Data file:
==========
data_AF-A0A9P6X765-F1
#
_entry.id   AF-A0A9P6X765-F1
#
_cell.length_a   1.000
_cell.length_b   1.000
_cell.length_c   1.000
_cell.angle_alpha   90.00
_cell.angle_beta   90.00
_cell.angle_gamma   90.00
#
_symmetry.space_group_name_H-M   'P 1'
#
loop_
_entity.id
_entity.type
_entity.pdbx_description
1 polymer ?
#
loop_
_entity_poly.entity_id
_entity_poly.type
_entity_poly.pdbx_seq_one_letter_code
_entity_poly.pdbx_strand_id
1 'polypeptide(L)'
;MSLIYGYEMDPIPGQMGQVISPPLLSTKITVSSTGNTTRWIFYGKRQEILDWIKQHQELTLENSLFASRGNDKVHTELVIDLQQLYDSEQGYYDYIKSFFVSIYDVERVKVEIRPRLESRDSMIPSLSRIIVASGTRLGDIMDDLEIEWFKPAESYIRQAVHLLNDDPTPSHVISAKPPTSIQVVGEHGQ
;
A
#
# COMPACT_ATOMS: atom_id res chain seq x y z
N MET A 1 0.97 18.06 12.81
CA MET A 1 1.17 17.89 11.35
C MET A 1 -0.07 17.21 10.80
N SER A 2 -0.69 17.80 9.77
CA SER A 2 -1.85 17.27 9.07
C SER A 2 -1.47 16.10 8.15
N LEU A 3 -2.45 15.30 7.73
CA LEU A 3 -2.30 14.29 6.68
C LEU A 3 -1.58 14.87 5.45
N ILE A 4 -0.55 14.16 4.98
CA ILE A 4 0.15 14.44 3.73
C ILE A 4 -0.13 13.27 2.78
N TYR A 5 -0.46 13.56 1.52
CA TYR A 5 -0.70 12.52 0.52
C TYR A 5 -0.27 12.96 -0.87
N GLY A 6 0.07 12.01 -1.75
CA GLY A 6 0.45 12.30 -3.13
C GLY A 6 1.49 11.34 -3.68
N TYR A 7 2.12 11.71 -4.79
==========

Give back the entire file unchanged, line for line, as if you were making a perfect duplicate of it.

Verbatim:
data_AF-A0A9P6X765-F1
#
_entry.id   AF-A0A9P6X765-F1
#
_cell.length_a   1.000
_cell.length_b   1.000
_cell.length_c   1.000
_cell.angle_alpha   90.00
_cell.angle_beta   90.00
_cell.angle_gamma   90.00
#
_symmetry.space_group_name_H-M   'P 1'
#
loop_
_entity.id
_entity.type
_entity.pdbx_description
1 polymer ?
#
loop_
_entity_poly.entity_id
_entity_poly.type
_entity_poly.pdbx_seq_one_letter_code
_entity_poly.pdbx_strand_id
1 'polypeptide(L)'
;MSLIYGYEMDPIPGQMGQVISPPLLSTKITVSSTGNTTRWIFYGKRQEILDWIKQHQELTLENSLFASRGNDKVHTELVIDLQQLYDSEQGYYDYIKSFFVSIYDVERVKVEIRPRLESRDSMIPSLSRIIVASGTRLGDIMDDLEIEWFKPAESYIRQAVHLLNDDPTPSHVISAKPPTSIQVVGEHGQ
;
A
#
# COMPACT_ATOMS: atom_id res chain seq x y z
N MET A 1 0.97 18.06 12.81
CA MET A 1 1.17 17.89 11.35
C MET A 1 -0.07 17.21 10.80
N SER A 2 -0.69 17.80 9.77
CA SER A 2 -1.85 17.27 9.07
C SER A 2 -1.47 16.10 8.15
N LEU A 3 -2.45 15.30 7.73
CA LEU A 3 -2.30 14.29 6.68
C LEU A 3 -1.58 14.87 5.45
N ILE A 4 -0.55 14.16 4.98
CA ILE A 4 0.15 14.44 3.73
C ILE A 4 -0.13 13.27 2.78
N TYR A 5 -0.46 13.56 1.52
CA TYR A 5 -0.70 12.52 0.52
C TYR A 5 -0.27 12.96 -0.87
N GLY A 6 0.07 12.01 -1.75
CA GLY A 6 0.45 12.30 -3.13
C GLY A 6 1.49 11.34 -3.68
N TYR A 7 2.12 11.71 -4.79